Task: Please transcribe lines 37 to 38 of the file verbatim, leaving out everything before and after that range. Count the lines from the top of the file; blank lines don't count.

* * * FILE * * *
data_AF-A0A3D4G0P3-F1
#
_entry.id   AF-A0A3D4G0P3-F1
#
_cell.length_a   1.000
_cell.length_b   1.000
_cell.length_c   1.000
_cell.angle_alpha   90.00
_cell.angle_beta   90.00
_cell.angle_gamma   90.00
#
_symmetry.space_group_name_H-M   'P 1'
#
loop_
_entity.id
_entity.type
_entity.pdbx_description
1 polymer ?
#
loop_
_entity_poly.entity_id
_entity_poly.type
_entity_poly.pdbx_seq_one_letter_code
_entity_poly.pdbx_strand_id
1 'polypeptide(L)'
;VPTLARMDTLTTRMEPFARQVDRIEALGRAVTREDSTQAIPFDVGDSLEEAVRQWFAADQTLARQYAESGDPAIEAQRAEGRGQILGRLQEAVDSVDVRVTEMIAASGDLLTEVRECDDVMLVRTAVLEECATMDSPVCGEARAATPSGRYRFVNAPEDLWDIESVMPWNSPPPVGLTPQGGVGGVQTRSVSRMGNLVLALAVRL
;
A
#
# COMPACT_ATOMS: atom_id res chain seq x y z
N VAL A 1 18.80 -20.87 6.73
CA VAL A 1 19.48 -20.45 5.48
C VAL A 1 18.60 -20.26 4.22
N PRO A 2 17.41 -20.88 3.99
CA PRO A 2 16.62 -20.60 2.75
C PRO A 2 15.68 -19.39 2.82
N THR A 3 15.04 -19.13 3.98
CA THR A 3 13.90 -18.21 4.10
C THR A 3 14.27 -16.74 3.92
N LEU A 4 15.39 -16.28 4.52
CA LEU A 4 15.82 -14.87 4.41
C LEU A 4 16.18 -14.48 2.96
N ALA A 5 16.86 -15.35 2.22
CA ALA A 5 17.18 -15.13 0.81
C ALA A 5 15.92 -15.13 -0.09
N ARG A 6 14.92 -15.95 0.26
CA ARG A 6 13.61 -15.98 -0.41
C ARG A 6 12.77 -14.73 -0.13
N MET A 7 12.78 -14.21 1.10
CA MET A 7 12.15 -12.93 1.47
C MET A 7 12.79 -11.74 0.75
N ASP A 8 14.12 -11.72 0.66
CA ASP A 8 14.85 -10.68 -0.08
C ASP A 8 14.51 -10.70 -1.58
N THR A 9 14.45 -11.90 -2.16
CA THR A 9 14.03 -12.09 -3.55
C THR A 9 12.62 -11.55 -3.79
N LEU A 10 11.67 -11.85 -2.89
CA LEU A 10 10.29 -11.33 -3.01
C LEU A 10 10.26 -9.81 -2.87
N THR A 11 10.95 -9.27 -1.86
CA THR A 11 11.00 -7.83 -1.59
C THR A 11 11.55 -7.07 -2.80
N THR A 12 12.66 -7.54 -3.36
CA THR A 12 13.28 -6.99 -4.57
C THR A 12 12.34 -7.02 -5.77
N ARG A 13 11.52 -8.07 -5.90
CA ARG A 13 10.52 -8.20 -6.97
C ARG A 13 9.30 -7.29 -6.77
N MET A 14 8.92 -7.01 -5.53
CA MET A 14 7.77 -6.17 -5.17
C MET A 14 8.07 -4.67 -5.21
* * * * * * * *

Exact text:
N THR A 3 15.04 -19.13 3.98
CA THR A 3 13.90 -18.21 4.10